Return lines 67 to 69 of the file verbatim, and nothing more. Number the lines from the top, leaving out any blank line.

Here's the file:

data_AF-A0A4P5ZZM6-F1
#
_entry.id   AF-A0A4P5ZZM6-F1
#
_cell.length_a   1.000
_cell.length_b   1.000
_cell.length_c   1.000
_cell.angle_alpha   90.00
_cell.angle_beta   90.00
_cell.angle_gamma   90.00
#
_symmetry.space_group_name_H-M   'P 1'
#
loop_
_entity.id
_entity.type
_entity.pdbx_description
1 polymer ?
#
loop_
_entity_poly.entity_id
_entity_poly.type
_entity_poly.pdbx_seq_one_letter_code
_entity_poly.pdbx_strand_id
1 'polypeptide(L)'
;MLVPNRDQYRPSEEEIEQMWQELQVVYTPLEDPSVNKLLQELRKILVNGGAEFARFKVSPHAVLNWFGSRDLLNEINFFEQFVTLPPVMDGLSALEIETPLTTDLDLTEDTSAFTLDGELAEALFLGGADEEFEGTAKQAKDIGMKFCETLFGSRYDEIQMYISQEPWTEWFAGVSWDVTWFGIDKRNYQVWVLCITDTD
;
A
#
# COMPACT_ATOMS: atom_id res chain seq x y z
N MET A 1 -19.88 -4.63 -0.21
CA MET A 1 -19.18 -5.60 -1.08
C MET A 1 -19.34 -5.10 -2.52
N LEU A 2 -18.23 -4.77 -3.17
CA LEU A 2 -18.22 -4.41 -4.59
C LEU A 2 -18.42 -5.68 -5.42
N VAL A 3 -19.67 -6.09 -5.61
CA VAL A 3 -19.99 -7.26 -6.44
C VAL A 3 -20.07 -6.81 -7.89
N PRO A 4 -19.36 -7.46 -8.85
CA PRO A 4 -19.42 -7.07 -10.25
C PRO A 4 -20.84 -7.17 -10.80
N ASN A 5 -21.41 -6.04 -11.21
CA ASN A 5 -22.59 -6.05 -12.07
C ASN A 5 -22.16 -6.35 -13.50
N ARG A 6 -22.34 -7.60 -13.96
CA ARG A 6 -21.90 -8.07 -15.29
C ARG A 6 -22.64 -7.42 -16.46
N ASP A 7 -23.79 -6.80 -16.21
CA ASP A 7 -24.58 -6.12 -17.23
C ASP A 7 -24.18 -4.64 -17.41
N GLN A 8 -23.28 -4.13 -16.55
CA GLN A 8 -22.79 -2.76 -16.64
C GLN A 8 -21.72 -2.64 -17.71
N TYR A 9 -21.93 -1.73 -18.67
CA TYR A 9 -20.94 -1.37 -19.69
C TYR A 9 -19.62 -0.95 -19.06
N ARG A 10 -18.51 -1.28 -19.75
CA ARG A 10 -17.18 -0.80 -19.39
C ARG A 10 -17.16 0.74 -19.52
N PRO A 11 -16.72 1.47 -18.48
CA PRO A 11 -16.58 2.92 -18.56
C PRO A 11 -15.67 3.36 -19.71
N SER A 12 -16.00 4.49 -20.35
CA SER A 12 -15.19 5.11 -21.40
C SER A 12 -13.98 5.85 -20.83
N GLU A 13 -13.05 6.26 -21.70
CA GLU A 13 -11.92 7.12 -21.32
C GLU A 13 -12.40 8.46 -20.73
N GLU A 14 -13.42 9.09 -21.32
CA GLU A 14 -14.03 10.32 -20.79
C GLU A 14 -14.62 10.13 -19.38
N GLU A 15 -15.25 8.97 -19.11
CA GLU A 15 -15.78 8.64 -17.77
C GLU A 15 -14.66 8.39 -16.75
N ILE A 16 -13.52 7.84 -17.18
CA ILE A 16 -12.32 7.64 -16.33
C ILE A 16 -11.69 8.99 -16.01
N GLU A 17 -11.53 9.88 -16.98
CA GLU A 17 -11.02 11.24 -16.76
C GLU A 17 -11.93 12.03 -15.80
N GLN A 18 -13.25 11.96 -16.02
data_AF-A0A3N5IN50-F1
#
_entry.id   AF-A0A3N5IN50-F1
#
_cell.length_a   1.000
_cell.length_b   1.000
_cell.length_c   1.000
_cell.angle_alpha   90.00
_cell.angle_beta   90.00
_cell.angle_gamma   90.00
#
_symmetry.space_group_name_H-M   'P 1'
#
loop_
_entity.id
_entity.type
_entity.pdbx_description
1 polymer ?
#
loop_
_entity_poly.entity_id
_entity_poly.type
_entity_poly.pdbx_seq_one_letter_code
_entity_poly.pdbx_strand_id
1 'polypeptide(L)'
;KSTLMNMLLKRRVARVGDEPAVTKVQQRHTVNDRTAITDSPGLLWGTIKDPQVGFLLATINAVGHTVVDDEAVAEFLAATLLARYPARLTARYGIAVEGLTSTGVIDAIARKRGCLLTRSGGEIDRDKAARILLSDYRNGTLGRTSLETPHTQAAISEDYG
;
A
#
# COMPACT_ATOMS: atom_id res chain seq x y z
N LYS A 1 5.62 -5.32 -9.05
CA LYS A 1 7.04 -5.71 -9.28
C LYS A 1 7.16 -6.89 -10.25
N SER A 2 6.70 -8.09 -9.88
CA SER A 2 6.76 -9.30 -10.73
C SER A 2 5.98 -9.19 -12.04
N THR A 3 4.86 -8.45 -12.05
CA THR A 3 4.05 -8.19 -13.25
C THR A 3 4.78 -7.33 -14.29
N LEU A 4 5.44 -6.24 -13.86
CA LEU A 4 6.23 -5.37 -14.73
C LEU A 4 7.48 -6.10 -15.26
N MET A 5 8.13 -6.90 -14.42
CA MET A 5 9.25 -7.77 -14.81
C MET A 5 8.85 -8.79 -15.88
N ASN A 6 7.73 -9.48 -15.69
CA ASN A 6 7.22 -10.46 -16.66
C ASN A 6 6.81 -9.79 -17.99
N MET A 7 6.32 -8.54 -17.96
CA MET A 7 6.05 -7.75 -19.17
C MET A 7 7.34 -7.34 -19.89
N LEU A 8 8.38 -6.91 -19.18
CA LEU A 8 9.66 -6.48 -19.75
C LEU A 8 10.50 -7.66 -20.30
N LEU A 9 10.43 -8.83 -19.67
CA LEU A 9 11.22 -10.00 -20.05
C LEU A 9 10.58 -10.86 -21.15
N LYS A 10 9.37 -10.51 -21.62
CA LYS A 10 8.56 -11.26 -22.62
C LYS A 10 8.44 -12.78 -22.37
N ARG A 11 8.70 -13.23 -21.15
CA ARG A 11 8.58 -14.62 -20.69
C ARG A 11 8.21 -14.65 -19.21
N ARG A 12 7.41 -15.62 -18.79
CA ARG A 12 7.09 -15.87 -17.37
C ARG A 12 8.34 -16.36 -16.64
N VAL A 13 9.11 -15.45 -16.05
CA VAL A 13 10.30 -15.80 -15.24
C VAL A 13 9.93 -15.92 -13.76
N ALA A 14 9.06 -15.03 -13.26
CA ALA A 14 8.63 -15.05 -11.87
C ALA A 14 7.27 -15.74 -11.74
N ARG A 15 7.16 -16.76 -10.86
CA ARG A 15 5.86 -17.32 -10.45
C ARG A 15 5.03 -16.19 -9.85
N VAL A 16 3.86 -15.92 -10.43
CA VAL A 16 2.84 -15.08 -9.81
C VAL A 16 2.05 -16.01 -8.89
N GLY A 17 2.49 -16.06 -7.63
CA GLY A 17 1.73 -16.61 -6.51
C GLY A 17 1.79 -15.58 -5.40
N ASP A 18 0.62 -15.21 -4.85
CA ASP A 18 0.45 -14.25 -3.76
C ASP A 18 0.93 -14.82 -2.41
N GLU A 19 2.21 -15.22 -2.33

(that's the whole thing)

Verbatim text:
N GLU A 13 -13.05 6.26 -21.70
CA GLU A 13 -11.92 7.12 -21.32
C GLU A 13 -12.40 8.46 -20.73